In my first week in Lille we’ve been doing so much, it’s nice to just sit down with everyone and chill out playing some games. I, and all the other international students, have been welcomed into ENSCL Lille by their “Welcome Club”, and they’re amazing. Without them, I don’t know who I would be talking to or if I’d have even met an English speaking person yet. The rumours have all been true- even if the French can speak English, they won’t unless 100% necessary…or they’re drunk.
So one of the members of the Welcome Club, Marwa, who has adopted us “strangers”, as we’re called in French, has kindly had all 25 of us into her flat for some fun! The second night after we all met, we had a night of singing and dancing at her place, with the Mexican girls I’ve met trying to teach me how to dance like a Latina. How do they do it so naturally?! I’m just glad there wasn’t any evidence of my attempts… Horrible.
And a couple of days after this, we were all back at Marwa’s for a day of “fun and games”. We were all dancing, again, around the living room to Just Dance on the Wii. The Mexicans obviously won everytime. And when we were all exhausted, the Welcome Club introduced us to a French game they love: Loup -Garou, which means Werewolves in English. Its a game where each person gets a card telling them their identity for the game. They can be a werewolf (the red cards on the left in the picture), a villager (the yellow cards on the left), or a villager with a special power (various powers on the right).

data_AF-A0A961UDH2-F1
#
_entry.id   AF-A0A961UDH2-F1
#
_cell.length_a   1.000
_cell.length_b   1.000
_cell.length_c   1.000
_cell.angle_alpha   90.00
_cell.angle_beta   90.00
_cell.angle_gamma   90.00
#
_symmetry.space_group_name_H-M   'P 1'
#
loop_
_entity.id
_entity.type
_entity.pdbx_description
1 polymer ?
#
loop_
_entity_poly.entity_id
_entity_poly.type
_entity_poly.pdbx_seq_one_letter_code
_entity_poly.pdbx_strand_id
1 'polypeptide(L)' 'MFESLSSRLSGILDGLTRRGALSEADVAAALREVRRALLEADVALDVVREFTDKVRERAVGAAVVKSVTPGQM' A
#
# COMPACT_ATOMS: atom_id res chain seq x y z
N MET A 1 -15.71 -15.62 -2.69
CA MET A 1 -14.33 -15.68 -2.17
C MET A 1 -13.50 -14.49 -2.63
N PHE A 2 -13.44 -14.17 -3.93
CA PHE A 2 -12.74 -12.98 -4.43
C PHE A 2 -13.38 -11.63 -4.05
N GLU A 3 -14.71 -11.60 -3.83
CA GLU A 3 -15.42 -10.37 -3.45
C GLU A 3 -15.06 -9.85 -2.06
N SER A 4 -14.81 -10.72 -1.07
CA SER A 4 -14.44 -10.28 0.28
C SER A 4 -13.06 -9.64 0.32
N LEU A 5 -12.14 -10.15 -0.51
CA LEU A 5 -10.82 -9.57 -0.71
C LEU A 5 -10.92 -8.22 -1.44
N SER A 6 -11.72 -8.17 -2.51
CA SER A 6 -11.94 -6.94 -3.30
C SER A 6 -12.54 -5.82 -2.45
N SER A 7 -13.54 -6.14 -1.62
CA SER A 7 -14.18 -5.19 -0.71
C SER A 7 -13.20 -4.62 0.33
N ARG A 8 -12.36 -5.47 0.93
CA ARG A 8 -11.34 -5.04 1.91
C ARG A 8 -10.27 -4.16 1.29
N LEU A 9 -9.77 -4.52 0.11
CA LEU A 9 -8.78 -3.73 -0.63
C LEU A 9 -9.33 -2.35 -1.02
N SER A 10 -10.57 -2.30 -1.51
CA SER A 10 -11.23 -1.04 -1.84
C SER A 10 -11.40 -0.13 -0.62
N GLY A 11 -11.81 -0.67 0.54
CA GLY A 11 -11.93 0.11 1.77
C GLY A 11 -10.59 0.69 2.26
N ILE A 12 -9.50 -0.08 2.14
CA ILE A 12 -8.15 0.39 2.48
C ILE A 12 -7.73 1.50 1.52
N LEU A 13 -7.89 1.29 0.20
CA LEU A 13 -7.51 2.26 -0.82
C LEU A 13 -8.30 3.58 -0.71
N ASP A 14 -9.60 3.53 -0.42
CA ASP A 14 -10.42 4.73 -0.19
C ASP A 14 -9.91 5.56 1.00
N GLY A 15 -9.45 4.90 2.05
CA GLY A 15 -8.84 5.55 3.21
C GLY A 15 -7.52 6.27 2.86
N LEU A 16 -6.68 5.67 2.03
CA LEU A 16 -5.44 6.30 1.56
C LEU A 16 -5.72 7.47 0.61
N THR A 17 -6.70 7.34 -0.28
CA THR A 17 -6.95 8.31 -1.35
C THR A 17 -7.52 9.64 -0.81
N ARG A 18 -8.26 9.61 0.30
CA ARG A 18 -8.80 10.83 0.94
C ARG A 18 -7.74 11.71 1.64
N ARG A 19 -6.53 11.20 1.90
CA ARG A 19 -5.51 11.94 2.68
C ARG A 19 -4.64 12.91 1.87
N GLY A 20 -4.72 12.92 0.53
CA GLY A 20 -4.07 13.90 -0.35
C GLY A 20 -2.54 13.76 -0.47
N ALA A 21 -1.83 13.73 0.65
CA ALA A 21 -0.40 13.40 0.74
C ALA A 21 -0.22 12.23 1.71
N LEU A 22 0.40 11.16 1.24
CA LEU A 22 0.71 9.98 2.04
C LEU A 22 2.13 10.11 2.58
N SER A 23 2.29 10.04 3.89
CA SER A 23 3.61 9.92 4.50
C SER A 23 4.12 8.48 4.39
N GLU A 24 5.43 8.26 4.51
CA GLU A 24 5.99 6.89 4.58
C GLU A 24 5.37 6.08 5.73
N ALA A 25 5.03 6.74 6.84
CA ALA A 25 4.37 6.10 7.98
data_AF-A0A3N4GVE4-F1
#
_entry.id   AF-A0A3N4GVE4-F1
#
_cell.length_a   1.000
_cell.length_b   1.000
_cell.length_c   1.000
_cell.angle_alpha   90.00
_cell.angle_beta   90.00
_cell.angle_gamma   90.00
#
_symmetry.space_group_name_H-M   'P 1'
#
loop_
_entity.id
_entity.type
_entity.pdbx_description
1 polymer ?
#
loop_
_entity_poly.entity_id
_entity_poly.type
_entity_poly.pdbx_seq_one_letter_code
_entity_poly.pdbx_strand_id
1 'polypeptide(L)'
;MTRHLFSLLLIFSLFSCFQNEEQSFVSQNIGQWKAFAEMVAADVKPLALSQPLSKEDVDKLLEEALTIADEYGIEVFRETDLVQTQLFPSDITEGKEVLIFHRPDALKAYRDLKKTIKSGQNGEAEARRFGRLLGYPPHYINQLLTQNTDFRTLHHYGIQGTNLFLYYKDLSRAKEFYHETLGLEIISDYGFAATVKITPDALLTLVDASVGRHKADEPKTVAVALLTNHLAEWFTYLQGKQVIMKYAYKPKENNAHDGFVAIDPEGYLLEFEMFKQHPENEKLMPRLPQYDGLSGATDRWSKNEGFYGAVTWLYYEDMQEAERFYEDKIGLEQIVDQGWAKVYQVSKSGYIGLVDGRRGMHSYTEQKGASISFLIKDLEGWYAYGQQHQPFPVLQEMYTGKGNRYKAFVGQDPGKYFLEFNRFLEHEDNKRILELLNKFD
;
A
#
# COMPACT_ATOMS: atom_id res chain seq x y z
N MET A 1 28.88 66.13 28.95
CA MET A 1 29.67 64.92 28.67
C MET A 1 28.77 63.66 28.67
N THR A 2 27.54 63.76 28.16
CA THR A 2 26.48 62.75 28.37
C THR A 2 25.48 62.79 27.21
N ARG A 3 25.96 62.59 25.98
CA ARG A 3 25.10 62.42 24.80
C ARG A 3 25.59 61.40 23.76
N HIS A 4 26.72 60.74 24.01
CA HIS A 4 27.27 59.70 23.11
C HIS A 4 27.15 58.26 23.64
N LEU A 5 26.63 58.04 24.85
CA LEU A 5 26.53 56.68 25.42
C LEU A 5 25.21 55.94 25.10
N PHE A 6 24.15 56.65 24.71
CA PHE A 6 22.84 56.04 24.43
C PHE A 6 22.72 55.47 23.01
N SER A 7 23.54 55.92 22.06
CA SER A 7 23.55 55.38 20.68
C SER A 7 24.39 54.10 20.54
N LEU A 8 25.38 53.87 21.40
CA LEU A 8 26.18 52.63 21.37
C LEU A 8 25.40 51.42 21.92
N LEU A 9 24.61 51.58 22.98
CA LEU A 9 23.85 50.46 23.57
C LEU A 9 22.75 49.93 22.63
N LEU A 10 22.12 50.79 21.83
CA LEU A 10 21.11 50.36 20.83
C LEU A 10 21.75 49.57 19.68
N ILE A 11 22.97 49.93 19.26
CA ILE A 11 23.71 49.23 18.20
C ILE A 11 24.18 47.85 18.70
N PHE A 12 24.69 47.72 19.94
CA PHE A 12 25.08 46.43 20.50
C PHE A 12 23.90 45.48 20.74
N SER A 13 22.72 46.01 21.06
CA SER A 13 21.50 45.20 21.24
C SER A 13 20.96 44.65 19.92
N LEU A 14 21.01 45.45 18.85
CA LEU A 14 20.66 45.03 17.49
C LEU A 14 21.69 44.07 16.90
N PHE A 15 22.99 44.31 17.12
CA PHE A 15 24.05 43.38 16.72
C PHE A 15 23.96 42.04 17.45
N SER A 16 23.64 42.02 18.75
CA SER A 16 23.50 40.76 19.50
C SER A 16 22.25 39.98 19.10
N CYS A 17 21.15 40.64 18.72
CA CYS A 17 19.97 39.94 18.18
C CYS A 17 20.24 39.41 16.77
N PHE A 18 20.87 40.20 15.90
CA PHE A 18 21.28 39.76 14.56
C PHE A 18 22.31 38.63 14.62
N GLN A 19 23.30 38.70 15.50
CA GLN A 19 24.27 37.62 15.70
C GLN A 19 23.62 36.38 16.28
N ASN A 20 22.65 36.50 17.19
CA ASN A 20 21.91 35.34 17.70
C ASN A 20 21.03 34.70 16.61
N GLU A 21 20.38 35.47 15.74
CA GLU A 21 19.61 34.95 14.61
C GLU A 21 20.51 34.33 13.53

The aim for the four werewolves is to kill all the townspeople before they are found out, and the aim for the villagers is to suss out which of them turn into werewolves at night. The many different powers of the villagers let each individual get a slight piece of information to identify the good guys from the bad guys. However, in the discussions in the town hall in the morning, the werewolves attend and try and shed their werewolf persona to trick the villagers into killing their own people. There is so much going on its so easy to lose track, especially when the whole game is in French, so I joined up with Remi, the Japanese girl below on the left, whose French is just as limited as mine!
There are so many different cards which can be incorporated into the game, its never the same twice! So hopefully we’ll be having a couple more Loup-Garou days while I’m here! 😀